For patients with uncontrolled persistent asthma, disease management focusing on exacerbation reduction may fail to address key limitations and concerns. In addition to higher exacerbation rates, impaired lung function, risk of long-term side effects from OCS and poor QoL are significant factors of disease burden and long-term health risks for these patients. Optimal asthma control should focus on comprehensive care, including improving lung function.
Asthma diagnosis is difficult; being a clinical syndrome there is no gold standard for diagnosis. Diagnosis should not be based solely on clinical characteristics but should incorporate a combination of clinical symptoms and the physiological manifestations including reversible airflow limitation and/or airway hyper-responsiveness.1
There is no single test that can be administered to definitively diagnose asthma, however a combination of methods are used to determine its likelihood in a patient. This includes measuring airflow obstruction (spirometry and peak flow); assessing reversibility with bronchodilators and testing for airway inflammation. Additional methods of testing include skin or blood prick tests determining allergic responses to the environment and measures of airway hyperactivity.1
The test (or combination of tests) that can most accurately diagnose asthma is still a topic of debate.1
Patients with uncontrolled persistent asthma may experience high exacerbation rates, impaired lung function, risk of long-term OCS side effects, and poor QoL.2–6
Exacerbations were 3 times more likely to occur in patients with uncontrolled asthma than in those with better asthma control2
Airway remodelling, often driven by persistent Type 2 inflammation, can lead to impaired lung function in both the large and small airways8–10
Due to the potential for substantial side effects with OCS use, guidelines suggest not using OCS as maintenance therapy until all other pharmacologic options have been exhausted4,11,12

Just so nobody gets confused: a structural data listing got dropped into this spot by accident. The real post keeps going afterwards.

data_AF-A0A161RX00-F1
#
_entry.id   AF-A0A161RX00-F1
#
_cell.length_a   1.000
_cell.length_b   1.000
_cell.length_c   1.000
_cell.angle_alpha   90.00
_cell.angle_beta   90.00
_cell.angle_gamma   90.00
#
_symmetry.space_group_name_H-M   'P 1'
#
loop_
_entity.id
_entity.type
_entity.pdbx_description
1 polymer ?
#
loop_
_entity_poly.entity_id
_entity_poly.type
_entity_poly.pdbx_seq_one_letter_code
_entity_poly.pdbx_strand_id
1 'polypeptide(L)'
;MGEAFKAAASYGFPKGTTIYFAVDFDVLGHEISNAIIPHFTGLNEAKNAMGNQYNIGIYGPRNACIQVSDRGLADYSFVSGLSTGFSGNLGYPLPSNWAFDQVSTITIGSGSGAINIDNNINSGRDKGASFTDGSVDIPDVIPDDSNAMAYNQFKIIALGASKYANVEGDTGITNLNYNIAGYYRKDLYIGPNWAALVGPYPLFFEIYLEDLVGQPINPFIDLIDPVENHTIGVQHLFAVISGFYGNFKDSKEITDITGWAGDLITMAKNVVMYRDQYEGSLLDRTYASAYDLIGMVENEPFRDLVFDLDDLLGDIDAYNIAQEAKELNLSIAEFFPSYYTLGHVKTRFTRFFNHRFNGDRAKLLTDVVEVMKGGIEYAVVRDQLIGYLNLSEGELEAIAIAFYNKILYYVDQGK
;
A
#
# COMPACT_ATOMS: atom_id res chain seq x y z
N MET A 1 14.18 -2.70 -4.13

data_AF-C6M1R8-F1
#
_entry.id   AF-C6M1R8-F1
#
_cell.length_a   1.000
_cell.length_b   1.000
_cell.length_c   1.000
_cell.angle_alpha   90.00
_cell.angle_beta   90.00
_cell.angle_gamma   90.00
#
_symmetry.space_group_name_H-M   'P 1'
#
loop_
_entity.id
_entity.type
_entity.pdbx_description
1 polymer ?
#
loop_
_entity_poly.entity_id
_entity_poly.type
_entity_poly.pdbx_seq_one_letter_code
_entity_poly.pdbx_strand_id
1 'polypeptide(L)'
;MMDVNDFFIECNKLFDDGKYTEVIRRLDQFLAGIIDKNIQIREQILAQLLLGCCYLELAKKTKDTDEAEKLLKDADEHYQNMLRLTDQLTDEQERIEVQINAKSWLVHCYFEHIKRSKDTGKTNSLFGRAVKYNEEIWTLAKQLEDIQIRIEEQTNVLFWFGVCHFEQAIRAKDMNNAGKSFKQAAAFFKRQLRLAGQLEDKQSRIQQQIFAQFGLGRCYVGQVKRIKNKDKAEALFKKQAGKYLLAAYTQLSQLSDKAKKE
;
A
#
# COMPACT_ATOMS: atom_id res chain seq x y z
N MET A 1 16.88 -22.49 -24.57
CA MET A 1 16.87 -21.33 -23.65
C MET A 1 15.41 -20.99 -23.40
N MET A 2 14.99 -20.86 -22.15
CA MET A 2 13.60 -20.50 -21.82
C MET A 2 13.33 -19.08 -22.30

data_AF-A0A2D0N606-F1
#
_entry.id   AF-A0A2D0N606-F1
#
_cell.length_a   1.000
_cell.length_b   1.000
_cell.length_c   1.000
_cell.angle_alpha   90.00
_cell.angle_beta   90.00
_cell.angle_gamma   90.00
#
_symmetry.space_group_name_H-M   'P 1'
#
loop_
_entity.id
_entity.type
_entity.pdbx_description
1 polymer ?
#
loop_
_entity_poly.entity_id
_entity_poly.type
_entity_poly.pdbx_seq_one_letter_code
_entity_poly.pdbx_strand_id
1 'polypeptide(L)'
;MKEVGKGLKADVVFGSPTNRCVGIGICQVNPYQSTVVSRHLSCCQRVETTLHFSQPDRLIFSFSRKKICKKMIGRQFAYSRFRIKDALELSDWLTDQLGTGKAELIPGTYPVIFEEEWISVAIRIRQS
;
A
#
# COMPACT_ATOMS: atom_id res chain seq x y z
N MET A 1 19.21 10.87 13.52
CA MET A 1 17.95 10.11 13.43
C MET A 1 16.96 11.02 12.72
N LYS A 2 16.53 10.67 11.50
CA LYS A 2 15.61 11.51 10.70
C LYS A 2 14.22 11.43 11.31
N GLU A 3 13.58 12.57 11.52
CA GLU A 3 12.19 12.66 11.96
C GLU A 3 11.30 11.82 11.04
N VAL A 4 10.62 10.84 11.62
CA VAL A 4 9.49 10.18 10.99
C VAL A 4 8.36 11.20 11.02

Long-term use of OCS has been associated with osteoporosis, arterial hypertension, diabetes and metabolic syndrome, dyslipidaemia, obesity, cataracts, glaucoma, gastrointestinal bleeds/ulcers, tuberculosis, depression, herpes, and sepsis6
Patients miss out on outdoor, physical, and other daily activities13
Anxiety and depression worsen symptoms and complicate disease management5
There remains an unmet need to provide comprehensive care for patients with uncontrolled persistent asthma, including:2,4,12,14
Lung function is critical to the assessment of future risk in patients with asthma12
In 2017, the National Institute of Health and Care Excellence developed guidance for the diagnosis, monitoring and management of chronic asthma. The guidance is projected to save approximately 12 million pounds per year across England in pre-implementation costs.1
Learn about the key drivers of
Type 2 inflammation.
Learn about the prevalence and
healthcare burden of asthma.
Type 2 inflammation has been associated with several chronic conditions. Find out how they can present additional challenges.Learn about comorbidities
BDR, bronchodilator reversibility; FeNO, fractional exhaled nitric oxide; FEV1, forced expiratory volume in 1 second; FVC, forced vital capacity; IgE, immunoglobulin E; NICE, The National Institute of Health and care Excellence; OCS, oral corticosteroids; PC20, provocative concentration of methacholine causing a 20% fall in FEV1; ppb, parts per billion; QoL, quality of life.References: